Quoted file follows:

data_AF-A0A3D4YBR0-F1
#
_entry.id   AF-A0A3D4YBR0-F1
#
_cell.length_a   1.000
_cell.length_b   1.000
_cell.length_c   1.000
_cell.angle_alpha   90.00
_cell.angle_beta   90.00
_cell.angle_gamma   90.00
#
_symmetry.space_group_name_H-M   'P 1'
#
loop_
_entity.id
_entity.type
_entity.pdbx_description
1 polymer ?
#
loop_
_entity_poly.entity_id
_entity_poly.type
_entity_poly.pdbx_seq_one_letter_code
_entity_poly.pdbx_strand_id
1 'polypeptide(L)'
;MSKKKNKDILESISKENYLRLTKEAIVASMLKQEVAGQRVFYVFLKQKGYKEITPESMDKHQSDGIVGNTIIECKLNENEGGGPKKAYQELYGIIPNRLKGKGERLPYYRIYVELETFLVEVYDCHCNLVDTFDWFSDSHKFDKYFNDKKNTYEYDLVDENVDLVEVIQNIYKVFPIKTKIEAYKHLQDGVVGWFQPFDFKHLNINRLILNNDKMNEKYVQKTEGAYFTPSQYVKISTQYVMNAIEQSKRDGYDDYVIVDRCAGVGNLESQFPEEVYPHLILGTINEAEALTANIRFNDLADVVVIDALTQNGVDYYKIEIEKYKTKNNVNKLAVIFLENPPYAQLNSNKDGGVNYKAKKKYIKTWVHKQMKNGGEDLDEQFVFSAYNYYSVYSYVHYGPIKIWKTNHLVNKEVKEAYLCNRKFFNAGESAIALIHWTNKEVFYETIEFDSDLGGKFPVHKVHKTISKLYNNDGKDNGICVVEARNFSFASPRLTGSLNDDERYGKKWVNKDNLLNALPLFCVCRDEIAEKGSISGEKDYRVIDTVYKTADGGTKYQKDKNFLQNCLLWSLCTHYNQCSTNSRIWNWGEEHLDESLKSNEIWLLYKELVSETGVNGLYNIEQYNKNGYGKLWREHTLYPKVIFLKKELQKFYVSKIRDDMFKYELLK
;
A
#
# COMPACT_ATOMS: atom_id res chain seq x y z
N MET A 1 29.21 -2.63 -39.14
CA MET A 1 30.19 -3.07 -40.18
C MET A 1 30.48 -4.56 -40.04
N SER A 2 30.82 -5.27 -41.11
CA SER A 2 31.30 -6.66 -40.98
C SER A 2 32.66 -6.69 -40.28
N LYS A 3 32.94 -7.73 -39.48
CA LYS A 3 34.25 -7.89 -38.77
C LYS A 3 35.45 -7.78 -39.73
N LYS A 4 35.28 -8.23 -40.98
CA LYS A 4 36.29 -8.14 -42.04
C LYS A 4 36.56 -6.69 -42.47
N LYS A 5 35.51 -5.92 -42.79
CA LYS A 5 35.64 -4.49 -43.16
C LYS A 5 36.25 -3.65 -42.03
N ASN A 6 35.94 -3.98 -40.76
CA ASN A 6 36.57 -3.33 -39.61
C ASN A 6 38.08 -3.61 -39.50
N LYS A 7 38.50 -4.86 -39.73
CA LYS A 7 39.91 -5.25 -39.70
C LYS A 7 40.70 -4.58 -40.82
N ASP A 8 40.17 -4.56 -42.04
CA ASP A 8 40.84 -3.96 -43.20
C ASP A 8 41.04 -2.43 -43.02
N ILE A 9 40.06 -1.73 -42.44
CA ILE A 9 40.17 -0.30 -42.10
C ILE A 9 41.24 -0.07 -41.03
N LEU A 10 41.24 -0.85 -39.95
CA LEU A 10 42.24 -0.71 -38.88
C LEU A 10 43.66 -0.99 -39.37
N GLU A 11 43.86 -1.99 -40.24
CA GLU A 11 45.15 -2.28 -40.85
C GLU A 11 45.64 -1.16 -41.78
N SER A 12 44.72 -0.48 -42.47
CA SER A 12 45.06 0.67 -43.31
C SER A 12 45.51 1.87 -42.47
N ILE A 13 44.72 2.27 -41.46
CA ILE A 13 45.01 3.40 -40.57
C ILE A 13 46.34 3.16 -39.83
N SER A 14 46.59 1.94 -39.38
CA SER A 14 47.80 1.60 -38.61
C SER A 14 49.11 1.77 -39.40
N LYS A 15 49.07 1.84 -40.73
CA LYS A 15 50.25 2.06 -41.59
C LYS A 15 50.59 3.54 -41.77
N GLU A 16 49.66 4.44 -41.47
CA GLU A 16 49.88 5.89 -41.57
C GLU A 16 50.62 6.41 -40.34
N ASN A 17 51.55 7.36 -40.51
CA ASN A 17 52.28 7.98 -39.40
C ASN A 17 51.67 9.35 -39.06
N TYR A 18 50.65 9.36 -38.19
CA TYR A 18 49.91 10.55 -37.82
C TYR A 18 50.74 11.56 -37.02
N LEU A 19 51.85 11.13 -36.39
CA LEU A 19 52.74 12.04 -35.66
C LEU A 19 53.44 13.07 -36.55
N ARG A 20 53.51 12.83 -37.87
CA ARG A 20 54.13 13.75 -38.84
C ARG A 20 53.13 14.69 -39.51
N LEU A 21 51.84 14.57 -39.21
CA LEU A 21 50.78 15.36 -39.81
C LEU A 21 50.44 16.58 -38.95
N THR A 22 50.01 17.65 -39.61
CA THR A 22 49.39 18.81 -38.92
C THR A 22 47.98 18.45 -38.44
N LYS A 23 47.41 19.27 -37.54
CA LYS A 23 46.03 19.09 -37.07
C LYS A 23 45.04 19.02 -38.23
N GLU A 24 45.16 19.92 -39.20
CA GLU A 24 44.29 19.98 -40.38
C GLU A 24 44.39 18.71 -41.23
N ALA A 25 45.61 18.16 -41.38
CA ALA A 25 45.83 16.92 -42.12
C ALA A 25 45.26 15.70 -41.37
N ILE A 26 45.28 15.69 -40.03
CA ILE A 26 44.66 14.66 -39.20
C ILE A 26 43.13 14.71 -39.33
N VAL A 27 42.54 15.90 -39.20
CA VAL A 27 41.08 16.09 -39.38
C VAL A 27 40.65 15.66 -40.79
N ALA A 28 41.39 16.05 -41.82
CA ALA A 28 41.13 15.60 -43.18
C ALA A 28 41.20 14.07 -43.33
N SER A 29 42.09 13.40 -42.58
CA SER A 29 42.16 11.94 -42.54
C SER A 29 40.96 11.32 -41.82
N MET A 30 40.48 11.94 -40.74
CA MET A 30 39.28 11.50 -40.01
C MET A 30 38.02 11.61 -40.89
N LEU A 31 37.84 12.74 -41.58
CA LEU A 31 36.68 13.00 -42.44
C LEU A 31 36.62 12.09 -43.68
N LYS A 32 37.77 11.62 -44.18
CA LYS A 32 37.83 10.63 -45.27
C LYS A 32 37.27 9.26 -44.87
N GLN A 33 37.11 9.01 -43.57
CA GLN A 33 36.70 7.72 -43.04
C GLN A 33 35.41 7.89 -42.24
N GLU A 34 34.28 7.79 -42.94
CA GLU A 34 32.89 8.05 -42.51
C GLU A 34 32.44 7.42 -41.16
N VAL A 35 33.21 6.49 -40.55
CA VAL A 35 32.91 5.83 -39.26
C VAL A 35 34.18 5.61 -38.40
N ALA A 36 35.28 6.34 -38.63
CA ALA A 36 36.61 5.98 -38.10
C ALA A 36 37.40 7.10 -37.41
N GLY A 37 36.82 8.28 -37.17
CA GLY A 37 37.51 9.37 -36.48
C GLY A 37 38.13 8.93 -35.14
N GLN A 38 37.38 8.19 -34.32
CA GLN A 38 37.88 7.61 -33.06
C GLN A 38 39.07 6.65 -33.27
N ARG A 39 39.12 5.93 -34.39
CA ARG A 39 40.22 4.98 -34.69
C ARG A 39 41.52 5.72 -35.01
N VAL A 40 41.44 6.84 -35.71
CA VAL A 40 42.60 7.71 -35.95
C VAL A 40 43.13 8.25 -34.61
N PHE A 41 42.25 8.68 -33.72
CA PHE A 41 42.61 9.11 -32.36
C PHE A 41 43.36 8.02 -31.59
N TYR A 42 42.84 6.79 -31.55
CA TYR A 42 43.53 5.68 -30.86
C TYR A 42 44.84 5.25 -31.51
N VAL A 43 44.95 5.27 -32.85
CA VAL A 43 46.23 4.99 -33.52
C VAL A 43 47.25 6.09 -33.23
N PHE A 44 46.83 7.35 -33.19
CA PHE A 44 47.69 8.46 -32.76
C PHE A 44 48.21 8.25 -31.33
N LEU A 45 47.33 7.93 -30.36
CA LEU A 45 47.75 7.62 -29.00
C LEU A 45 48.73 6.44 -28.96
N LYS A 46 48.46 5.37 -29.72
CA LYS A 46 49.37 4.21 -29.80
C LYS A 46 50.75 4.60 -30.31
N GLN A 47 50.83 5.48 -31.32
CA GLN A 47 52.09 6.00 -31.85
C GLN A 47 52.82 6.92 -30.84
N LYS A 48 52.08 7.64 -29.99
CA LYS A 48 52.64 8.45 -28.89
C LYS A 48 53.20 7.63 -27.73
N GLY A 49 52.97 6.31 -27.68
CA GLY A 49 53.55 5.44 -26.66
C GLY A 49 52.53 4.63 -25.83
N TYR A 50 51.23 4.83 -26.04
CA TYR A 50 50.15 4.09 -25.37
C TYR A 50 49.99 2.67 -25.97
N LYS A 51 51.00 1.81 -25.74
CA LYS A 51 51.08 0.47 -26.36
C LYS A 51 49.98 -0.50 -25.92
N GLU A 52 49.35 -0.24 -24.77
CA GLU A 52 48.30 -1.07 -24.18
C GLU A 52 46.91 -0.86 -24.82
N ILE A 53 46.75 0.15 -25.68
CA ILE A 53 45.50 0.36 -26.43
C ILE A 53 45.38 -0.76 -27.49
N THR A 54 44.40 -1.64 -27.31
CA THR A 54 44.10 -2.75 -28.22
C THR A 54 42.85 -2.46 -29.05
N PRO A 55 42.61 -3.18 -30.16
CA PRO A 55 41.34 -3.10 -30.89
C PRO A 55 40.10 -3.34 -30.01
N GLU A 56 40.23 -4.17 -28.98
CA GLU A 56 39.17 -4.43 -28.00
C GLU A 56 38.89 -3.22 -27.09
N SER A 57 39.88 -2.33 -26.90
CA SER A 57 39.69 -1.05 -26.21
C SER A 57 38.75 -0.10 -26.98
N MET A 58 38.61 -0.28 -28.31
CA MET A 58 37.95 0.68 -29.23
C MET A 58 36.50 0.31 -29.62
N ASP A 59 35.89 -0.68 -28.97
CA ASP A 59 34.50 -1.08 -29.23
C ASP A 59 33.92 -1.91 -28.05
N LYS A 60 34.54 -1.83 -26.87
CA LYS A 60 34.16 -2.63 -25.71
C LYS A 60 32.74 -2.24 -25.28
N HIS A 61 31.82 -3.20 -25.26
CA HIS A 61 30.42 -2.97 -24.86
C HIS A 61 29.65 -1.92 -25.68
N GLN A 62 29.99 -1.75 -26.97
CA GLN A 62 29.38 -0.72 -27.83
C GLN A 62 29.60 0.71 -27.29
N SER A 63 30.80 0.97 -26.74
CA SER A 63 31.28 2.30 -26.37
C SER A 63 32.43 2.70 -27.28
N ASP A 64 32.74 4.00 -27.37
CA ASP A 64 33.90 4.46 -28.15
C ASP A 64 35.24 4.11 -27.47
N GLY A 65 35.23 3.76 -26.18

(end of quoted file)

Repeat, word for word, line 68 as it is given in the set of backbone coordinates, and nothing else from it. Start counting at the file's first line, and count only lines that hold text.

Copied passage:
CA ILE A 13 45.01 3.40 -40.57